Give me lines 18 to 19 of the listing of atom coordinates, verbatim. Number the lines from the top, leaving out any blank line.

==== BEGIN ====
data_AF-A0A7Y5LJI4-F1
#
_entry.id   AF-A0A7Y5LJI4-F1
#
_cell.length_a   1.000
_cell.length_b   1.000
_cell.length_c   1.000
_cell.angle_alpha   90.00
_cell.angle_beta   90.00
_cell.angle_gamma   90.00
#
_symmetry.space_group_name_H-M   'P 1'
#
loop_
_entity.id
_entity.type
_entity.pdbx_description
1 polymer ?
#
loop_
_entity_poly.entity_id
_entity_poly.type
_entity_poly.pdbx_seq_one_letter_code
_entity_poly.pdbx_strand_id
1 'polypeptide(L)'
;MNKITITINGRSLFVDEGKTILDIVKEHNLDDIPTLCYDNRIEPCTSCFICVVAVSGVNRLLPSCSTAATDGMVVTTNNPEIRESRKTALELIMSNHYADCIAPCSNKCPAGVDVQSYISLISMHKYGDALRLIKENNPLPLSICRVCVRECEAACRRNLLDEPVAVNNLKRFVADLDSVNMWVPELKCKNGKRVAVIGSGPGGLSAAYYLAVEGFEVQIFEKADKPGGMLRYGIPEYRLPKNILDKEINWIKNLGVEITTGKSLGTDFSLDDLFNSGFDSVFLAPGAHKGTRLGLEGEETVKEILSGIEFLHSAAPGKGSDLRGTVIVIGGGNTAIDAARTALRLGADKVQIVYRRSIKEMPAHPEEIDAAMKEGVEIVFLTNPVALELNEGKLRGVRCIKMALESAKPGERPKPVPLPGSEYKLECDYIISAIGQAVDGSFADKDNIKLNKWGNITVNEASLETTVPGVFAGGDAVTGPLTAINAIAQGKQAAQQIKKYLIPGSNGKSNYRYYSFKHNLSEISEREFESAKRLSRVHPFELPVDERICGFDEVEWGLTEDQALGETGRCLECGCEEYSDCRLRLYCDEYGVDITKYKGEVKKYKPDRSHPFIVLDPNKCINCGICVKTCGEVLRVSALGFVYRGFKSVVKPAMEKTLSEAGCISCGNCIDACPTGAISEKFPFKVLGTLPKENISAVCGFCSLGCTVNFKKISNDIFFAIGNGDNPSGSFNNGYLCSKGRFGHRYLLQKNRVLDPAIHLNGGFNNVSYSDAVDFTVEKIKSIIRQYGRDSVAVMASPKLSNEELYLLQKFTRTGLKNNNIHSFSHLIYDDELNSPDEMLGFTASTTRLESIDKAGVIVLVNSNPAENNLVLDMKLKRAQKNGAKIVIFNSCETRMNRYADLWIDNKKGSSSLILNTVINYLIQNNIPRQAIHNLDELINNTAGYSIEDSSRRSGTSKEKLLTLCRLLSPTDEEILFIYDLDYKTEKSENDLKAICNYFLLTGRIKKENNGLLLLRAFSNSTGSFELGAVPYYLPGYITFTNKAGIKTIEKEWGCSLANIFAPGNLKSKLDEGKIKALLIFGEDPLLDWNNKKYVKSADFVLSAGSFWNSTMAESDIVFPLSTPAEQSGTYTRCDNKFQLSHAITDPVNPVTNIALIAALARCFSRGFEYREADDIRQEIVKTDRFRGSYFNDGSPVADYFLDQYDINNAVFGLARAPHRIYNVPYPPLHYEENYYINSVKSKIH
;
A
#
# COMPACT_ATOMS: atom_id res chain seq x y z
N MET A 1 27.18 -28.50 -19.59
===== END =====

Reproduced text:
1 polymer ?
#